We need Warner Brothers to get this right.  We need Superman again, as everything he stands for seems to be under attack.

"To best be in a position to use his amazing powers in a never-ending battle for truth and justice, Superman has assumed the disguise of Clark Kent, mild-mannered reporter for a great metropolitan newspaper."

The American Way was later added to Superman's fight, making the better-known phrase "Truth, Justice, and the American Way."

But what is truth when unpopular realities can be dismissed as "fake news" or when documented record can simply be denied?  When the images we see must be evaluated for their level of manipulation?  When scripted dramas are passed off as reality television?  What is truth when feelings and opinions matter more than facts?

What is justice when it seems to be applied unevenly at best?  When the color of ones skin can be the difference in a business meeting in a coffee shop and an arrest at a coffee shop or between life and death in a traffic stop?  When antisemitic, white power, and alt-right groups are on the rise?  When the gender pay gap still exists?  When affluenza is a recognized condition?  What is justice if it is not blind?

What does the American Way mean anymore?  Whose American Way? Especially when our country is as fractured as it is.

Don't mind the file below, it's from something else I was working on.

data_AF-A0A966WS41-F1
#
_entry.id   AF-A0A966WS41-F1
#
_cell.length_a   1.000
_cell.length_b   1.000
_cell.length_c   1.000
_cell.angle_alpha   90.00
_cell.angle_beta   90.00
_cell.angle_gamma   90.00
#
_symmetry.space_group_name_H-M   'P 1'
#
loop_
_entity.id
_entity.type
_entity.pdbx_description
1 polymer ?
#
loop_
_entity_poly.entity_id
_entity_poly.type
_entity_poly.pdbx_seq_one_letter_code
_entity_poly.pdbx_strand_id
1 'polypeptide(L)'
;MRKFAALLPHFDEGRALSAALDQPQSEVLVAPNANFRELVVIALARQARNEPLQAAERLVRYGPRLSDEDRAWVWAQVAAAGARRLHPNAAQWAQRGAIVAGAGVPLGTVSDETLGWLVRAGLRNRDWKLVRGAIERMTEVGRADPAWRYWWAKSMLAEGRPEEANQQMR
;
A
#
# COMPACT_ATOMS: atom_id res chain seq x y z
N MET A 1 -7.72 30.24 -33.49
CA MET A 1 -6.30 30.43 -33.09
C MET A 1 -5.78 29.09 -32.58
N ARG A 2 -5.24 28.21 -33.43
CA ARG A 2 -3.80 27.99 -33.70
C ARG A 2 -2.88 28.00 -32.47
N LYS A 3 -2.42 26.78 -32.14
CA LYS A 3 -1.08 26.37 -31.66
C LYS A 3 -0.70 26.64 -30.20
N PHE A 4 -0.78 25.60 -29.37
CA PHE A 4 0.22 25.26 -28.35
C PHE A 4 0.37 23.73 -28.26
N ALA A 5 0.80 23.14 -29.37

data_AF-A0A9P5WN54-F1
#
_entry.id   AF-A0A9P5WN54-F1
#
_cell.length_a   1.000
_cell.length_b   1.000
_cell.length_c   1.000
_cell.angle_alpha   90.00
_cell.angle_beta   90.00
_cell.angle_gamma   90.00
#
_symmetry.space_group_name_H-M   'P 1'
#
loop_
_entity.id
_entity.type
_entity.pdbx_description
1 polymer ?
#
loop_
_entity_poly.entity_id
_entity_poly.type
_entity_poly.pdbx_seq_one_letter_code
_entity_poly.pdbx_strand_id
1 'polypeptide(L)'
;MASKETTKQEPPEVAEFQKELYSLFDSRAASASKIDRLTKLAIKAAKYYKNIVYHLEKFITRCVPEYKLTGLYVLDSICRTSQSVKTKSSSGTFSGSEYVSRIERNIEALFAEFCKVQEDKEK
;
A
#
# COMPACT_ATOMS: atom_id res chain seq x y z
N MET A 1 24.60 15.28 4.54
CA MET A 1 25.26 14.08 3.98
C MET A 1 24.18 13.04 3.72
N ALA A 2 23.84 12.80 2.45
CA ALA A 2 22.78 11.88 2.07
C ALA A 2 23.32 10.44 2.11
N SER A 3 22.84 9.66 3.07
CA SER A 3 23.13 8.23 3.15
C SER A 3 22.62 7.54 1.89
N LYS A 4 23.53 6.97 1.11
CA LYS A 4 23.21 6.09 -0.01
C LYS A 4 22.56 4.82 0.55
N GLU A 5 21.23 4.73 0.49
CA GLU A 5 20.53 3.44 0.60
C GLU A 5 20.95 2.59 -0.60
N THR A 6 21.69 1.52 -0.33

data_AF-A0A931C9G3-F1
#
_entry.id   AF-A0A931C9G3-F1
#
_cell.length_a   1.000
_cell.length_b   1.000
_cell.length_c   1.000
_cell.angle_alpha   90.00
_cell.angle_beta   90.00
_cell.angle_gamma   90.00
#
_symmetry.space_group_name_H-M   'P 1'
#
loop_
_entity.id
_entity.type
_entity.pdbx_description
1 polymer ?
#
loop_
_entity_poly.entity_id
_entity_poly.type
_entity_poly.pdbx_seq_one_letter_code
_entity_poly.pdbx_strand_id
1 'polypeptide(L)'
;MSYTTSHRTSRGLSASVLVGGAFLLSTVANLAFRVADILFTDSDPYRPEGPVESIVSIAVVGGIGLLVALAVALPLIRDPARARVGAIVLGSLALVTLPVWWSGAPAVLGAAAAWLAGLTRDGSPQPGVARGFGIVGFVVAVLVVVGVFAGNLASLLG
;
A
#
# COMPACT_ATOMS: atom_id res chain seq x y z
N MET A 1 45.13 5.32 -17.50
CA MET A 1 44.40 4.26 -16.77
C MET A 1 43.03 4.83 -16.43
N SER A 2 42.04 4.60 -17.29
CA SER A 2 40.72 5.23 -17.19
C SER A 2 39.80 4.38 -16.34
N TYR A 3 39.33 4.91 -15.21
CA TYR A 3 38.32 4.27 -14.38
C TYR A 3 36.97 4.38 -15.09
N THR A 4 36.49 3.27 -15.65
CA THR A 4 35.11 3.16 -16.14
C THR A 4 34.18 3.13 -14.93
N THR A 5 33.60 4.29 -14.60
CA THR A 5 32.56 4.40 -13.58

Sadly, even the "reporter for a great metropolitan newspaper" part is going away in our society.  Under attack from declining sales and partisan politics alike.

Superman has always existed to be our ideal.  The hero of heroes.  The greatest.  He has been a social-justice warrior before the term ever existed (look back to those initial comics where he was beating up slum lords and corrupt business men).  The Blue Boy Scout.  A father figure figuratively and literally.  The leader of gods and men.

He has been portrayed as a Messiah figure of late, though that is a little misguided in my opinion.  He is much more of a representation of Moses, the leader-deliverer.  A child sent away in a vessel, raised by adopted parents who discovers his heritage and becomes a leader and inspiration.  An important distinction given the heritage of Siegel and Shuster, two Jewish kids growing up in the Depression, with a war raging in Europe.  Into these dark times, these two guys created a beacon of hope.  A strong man who could stop all the bullies and protect the little guy.

Over time, Superman's character continued to solidify.  Powers and weaknesses came and went; some of them very, very strange.  But the core of the character remained.  Superman is honest, fair, and decent.  He is a paragon of virtue who knows and does what is right.  He is the strongest one their is, but uses that strength to protect only, not to intimidate or bully.  Strength with responsibility.

And through the years, we have seen him bubble to the surface when he is needed.  Christopher Reeves fully embodying the character more than any other actor, making us "believe a man could fly."  More than any actor, Christopher Reeve gave the character a lightness, a comfort in his own skin than shone brightly through the screen.  The movies may be a little corny and only two of the four really work, but there is no denying the sincerity of the portrayal that would define the character.

It's that character we need again.

We need that paragon, that beacon of hope to inspire us again.  The example that causes us to find a better way.

We need to believe a man can fly.

Wednesday, October 13, 2021

Superman Comes Out